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Technically, no. The TN visa does not permit “dual intent” – the intent to enter temporarily on a non-immigrant visa while simultaneously intending to eventually attain permanent residence in the U.S. A TN visa holder must in most cases first change to a visa which permits dual intent, such as an H-1B or L-1 visa, before beginning the process of applying for permanent residence or risk not being re-admitted after foreign travel, or not having their status renewed by USCIS while here in the US.
This depends on whether the beneficiary is a Canadian or Mexican national.
For a Canadian, the initial TN visa petition is generally not submitted through a USCIS Service Center like most other visas, but rather is submitted to a Pre-Flight Inspection point or border post abroad (unless the individual is already present in the U.S. and a change of status or extension of status is requested through the USCIS Service Center).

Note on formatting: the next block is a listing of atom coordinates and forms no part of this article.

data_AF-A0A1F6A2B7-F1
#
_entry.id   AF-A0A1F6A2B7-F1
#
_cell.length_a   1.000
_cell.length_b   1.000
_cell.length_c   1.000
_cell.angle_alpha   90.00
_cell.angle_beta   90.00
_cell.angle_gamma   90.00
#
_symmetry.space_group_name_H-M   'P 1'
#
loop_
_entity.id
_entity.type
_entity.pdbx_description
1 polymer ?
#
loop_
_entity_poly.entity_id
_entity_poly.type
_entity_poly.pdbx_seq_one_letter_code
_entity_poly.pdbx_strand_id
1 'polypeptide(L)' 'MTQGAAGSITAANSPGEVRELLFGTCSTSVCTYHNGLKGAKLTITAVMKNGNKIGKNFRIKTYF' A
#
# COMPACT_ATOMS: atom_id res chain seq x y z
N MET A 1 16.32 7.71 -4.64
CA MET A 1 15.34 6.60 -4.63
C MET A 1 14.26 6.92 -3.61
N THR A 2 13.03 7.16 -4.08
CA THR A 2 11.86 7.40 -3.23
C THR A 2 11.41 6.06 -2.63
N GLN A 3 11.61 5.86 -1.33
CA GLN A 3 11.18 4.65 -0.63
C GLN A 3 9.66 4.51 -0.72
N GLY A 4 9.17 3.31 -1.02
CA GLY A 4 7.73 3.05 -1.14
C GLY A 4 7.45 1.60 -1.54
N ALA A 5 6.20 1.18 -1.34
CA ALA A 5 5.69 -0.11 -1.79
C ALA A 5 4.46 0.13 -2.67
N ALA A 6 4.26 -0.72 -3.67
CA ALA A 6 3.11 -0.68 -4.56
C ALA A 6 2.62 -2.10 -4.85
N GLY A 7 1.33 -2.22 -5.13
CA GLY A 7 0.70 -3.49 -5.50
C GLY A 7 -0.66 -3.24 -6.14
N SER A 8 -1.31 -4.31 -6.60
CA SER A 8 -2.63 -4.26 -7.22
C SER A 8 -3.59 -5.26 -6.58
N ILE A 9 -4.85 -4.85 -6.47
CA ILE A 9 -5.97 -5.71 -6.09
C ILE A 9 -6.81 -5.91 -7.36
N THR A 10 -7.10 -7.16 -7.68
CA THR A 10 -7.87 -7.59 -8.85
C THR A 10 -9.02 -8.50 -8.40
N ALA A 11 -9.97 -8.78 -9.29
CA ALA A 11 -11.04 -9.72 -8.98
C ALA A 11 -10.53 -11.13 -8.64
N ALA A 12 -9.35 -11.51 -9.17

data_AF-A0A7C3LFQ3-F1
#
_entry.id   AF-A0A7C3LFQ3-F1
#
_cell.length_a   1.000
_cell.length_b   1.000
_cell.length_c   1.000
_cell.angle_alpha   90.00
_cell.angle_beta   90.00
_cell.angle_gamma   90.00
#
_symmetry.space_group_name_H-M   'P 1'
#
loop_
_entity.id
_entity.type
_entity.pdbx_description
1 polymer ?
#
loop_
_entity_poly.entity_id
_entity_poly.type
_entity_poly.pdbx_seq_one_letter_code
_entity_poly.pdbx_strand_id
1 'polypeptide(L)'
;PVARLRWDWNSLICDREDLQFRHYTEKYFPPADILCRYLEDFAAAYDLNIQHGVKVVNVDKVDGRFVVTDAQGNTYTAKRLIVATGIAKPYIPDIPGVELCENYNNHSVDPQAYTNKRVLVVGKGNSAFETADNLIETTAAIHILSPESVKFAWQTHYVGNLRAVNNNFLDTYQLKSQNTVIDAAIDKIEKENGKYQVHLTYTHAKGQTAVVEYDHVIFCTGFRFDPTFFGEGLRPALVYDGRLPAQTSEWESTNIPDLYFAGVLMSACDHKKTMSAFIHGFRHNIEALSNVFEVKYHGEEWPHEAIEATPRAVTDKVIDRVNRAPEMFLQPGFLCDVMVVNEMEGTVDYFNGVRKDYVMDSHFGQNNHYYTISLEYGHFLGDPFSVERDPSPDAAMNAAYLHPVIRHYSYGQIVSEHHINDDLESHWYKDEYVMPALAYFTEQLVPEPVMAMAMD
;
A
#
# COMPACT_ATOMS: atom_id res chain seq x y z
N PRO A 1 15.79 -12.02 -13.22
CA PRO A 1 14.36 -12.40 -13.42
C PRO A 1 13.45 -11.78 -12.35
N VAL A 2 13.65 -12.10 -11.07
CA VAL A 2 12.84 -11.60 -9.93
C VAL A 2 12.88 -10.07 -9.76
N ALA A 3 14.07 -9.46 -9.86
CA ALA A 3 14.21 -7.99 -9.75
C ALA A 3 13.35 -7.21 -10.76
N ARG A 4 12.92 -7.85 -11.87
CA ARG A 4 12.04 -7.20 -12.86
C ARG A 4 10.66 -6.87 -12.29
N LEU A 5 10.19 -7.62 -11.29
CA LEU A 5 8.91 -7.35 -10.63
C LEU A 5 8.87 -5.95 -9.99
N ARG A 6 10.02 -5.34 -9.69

This can be a significant advantage in terms of the speed with which the application can be approved. Often, a TN holder in the U.S. who seeks extension will choose to travel to a point abroad to reenter rather than wait for approval of an extension through the USCIS Service Center.
Note that only Canadians have the option of applying at a Pre-Flight Inspection point or border post, as Canadians may enter the U.S. without a visa stamp.
For a Mexican national, the TN application still requires application at a US consular post and issuance of a visa stamp in a valid passport prior to presentation for entry at a border post or other immigration checkpoint.
TN visas are available only to Canadian and Mexican Nationals, and are created as a result of trade treaties with these two countries. They are available for positions or occupations on a statutorily-defined list (available here), and often those seeking admission to perform these jobs must demonstrate possession of a specific degree or specific work experience.
TN visas are valid for up to three years, and may be renewed. There is no specific limit on how many times they may be renewed, but with each renewal it may become more difficult to convince the interviewing official at the border (or the USCIS adjudications officer at the Service Center) that the intent of the foreign national is to remain in the U.S. only temporarily.